Jeremy Smith's blog

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Better CMSs

Jeffrey Veen on CMSs

Most open source content management software is useless. The only thing worse is every commercial CMS I’ve used. But it doesn’t have to be that way.

That's a choice quote and so very, very true. I have used half-a-dozen or so CMSs, and I have found each and every one lacking. Either they did not make the "easy things easy"; or they did not come with an advanced enough toolset to appease power users. Here's a tip, if your CMS requires you to train users, it sucks. If you CMS doesn't allow people to use Dreamweaver, FrontPage, Notepad, EditPlus, etc. to edit pages, it sucks.

Here's some more quotes from Jeff's article.

Make it easy to get started.

Give first-time users a series of quick wins before things become increasingly complex. When I first log in, I want to create a Web page. Next, I’d like to add some styles. Then, I’d like to make links to some other Web pages... Please save the content ranking, on-the-fly PDF creation, community forums, and user polls for later. I may eventually want that stuff, but not the first time I log in.

Stop it with the jargon already.

I don’t know what a portlet is. Or a component, module, block, or snippet. The last system I evaluated had something called "mambots" which, to me, sounded like robotic assistance for breast-feeding.

Are you making up words to promote your differentiation in the market? If so, stop it. It’s confusing. Please just use simple words to describe the things your system does.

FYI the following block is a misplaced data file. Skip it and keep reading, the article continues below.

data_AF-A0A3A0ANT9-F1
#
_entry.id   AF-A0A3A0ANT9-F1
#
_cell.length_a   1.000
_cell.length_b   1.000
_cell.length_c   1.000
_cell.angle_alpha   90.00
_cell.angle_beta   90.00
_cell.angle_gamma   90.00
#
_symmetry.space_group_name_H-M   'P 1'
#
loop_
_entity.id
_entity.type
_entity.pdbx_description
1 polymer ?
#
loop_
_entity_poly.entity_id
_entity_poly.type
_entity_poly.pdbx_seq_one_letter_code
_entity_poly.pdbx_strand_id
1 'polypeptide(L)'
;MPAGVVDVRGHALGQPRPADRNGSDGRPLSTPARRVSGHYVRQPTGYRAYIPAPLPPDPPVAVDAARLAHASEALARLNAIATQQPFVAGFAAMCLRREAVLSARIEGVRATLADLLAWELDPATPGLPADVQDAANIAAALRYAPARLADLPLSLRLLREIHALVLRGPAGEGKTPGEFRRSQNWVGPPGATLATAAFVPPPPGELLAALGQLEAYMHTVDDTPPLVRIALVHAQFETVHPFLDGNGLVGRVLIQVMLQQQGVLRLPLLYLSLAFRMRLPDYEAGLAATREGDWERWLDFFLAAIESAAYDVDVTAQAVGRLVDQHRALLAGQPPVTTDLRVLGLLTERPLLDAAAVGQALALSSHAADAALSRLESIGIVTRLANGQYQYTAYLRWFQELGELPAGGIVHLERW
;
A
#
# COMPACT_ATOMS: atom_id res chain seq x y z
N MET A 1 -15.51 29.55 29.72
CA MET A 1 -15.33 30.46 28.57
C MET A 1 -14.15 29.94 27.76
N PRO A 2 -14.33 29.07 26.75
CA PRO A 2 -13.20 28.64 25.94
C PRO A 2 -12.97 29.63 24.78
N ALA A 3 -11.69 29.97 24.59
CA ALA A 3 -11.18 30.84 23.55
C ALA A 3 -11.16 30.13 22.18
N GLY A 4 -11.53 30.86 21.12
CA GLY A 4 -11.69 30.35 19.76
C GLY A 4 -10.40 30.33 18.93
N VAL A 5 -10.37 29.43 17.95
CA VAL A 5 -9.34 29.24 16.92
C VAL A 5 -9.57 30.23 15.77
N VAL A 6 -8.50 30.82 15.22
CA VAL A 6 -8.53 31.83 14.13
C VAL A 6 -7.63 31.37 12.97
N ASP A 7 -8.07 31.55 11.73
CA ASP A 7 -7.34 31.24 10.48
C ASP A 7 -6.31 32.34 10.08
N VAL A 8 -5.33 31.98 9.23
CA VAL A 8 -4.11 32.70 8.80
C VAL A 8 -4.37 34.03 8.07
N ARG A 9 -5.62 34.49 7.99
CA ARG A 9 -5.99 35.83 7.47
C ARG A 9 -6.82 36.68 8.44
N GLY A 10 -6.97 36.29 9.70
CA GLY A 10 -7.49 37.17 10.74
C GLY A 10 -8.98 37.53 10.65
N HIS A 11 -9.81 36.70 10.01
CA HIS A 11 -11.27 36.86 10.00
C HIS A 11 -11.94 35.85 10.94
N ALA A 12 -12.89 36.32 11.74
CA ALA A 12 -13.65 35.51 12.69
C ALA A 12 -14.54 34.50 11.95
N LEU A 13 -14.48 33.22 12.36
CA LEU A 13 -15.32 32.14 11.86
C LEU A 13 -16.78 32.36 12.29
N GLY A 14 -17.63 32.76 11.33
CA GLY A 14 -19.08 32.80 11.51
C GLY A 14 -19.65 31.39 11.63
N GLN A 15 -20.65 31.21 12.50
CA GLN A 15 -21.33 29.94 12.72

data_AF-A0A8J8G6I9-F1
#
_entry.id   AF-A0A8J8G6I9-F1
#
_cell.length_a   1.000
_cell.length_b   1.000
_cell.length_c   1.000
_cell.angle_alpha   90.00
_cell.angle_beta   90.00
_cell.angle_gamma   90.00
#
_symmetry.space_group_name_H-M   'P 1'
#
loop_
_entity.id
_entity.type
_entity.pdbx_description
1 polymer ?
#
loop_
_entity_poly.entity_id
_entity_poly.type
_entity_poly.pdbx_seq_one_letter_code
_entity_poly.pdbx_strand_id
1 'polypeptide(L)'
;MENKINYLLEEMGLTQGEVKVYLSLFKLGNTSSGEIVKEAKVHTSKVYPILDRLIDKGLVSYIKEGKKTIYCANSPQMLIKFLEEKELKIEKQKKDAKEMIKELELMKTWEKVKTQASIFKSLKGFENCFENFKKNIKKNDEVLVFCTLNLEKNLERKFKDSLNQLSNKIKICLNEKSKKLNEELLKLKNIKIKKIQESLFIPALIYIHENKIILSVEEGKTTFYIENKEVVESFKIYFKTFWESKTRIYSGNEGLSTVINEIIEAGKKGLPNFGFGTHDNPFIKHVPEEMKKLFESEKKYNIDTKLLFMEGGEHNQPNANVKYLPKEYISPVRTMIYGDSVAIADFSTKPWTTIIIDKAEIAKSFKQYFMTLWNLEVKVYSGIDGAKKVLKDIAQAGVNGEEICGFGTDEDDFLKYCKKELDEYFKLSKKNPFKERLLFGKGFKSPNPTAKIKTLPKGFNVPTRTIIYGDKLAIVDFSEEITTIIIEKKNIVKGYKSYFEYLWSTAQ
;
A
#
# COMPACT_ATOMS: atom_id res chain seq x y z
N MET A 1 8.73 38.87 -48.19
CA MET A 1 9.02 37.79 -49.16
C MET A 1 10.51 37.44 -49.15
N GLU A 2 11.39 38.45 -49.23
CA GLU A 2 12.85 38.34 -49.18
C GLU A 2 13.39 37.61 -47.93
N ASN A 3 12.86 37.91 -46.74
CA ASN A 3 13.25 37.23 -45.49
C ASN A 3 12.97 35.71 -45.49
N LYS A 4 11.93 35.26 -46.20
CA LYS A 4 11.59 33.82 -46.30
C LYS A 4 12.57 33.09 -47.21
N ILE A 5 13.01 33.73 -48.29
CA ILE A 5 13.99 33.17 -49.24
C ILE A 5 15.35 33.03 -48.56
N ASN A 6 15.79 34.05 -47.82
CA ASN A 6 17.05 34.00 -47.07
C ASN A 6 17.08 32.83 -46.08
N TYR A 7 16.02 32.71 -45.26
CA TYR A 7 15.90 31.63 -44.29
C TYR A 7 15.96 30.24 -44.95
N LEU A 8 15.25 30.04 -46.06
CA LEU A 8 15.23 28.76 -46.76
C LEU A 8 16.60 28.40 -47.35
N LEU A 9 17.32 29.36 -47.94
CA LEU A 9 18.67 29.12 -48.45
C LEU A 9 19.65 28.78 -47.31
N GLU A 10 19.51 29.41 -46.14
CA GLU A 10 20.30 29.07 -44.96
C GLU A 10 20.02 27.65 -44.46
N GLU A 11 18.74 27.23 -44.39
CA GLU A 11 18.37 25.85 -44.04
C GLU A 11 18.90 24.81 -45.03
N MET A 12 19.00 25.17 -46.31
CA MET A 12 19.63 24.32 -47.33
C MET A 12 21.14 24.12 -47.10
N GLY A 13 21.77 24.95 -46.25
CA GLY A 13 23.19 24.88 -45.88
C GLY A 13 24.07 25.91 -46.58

Why do you insist Web sites have "columns"?

I've used quite a few systems now that have the notion of a three-column layout. They give me the ability to turn columns off and on, and put "portlets" into "content-slots." Where does this assumption come from?

Comments

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    I'd have to agree. My problem with many frameworks (not just CMSs) is that using their APIs is practically learning a whole new language. It bugs me that, for example, being a Python developer actually doesn't help that much when extending Zope & Plone. Not only that, but their design seems to completely obliterate the design principles and philosophies suggested (but obviously not enforced) by the language they are implemented in. The ability to do so may be a good thing (who wants to be restricted?), but it certainly doesn't help anyone who wants to pick up their system.

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